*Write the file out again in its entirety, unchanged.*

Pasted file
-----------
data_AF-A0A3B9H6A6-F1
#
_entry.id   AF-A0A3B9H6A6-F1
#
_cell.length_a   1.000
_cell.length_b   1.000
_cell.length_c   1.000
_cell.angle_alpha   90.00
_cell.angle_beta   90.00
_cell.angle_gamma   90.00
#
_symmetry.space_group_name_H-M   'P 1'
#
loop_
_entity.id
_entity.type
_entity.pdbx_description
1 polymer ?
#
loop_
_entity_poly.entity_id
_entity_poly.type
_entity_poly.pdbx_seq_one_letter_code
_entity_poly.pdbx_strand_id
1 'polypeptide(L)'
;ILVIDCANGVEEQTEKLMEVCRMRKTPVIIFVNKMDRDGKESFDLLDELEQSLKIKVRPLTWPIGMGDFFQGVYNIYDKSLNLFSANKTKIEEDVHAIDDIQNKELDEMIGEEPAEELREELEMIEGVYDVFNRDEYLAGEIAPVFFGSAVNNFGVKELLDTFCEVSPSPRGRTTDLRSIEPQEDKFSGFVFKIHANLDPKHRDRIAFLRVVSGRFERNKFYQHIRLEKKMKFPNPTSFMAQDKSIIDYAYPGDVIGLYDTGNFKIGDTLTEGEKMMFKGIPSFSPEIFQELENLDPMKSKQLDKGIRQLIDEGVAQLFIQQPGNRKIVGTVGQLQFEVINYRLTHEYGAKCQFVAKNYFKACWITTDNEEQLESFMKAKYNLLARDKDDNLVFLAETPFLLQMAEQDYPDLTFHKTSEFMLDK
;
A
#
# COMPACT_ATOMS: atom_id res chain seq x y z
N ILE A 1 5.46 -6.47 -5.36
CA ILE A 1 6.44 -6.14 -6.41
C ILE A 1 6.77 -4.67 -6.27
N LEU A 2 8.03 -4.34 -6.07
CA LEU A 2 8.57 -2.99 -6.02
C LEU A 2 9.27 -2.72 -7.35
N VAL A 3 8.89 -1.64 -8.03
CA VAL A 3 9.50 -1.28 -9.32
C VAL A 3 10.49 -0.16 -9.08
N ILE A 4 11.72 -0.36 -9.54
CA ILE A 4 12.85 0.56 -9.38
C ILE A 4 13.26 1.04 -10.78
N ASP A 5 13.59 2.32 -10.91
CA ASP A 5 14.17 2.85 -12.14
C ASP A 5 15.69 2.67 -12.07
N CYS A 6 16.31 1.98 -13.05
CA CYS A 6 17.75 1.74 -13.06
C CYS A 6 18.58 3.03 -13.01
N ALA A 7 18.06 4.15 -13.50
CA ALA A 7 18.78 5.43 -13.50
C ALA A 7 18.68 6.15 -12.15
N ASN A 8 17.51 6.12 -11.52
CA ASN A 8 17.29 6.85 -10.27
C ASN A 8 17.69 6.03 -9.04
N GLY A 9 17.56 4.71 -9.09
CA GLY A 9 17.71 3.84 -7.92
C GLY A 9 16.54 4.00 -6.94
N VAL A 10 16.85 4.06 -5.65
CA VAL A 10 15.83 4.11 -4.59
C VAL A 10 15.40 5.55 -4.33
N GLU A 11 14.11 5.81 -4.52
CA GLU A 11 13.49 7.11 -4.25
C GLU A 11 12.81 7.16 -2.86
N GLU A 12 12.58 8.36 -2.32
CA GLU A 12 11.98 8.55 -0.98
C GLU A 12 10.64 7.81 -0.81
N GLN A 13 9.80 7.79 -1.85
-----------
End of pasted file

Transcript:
data_AF-A0A3B9H6A6-F1
#
_entry.id   AF-A0A3B9H6A6-F1
#
_cell.length_a   1.000
_cell.length_b   1.000
_cell.length_c   1.000
_cell.angle_alpha   90.00
_cell.angle_beta   90.00
_cell.angle_gamma   90.00
#
_symmetry.space_group_name_H-M   'P 1'
#
loop_
_entity.id
_entity.type
_entity.pdbx_description
1 polymer ?
#
loop_
_entity_poly.entity_id
_entity_poly.type
_entity_poly.pdbx_seq_one_letter_code
_entity_poly.pdbx_strand_id
1 'polypeptide(L)'
;ILVIDCANGVEEQTEKLMEVCRMRKTPVIIFVNKMDRDGKESFDLLDELEQSLKIKVRPLTWPIGMGDFFQGVYNIYDKSLNLFSANKTKIEEDVHAIDDIQNKELDEMIGEEPAEELREELEMIEGVYDVFNRDEYLAGEIAPVFFGSAVNNFGVKELLDTFCEVSPSPRGRTTDLRSIEPQEDKFSGFVFKIHANLDPKHRDRIAFLRVVSGRFERNKFYQHIRLEKKMKFPNPTSFMAQDKSIIDYAYPGDVIGLYDTGNFKIGDTLTEGEKMMFKGIPSFSPEIFQELENLDPMKSKQLDKGIRQLIDEGVAQLFIQQPGNRKIVGTVGQLQFEVINYRLTHEYGAKCQFVAKNYFKACWITTDNEEQLESFMKAKYNLLARDKDDNLVFLAETPFLLQMAEQDYPDLTFHKTSEFMLDK
;
A
#
# COMPACT_ATOMS: atom_id res chain seq x y z
N ILE A 1 5.46 -6.47 -5.36
CA ILE A 1 6.44 -6.14 -6.41
C ILE A 1 6.77 -4.67 -6.27
N LEU A 2 8.03 -4.34 -6.07
CA LEU A 2 8.57 -2.99 -6.02
C LEU A 2 9.27 -2.72 -7.35
N VAL A 3 8.89 -1.64 -8.03
CA VAL A 3 9.50 -1.28 -9.32
C VAL A 3 10.49 -0.16 -9.08
N ILE A 4 11.72 -0.36 -9.54
CA ILE A 4 12.85 0.56 -9.38
C ILE A 4 13.26 1.04 -10.78
N ASP A 5 13.59 2.32 -10.91
CA ASP A 5 14.17 2.85 -12.14
C ASP A 5 15.69 2.67 -12.07
N CYS A 6 16.31 1.98 -13.05
CA CYS A 6 17.75 1.74 -13.06
C CYS A 6 18.58 3.03 -13.01
N ALA A 7 18.06 4.15 -13.50
CA ALA A 7 18.78 5.43 -13.50
C ALA A 7 18.68 6.15 -12.15
N ASN A 8 17.51 6.12 -11.52
CA ASN A 8 17.29 6.85 -10.27
C ASN A 8 17.69 6.03 -9.04
N GLY A 9 17.56 4.71 -9.09
CA GLY A 9 17.71 3.84 -7.92
C GLY A 9 16.54 4.00 -6.94
N VAL A 10 16.85 4.06 -5.65
CA VAL A 10 15.83 4.11 -4.59
C VAL A 10 15.40 5.55 -4.33
N GLU A 11 14.11 5.81 -4.52
CA GLU A 11 13.49 7.11 -4.25
C GLU A 11 12.81 7.16 -2.86
N GLU A 12 12.58 8.36 -2.32
CA GLU A 12 11.98 8.55 -0.98
C GLU A 12 10.64 7.81 -0.81
N GLN A 13 9.80 7.79 -1.85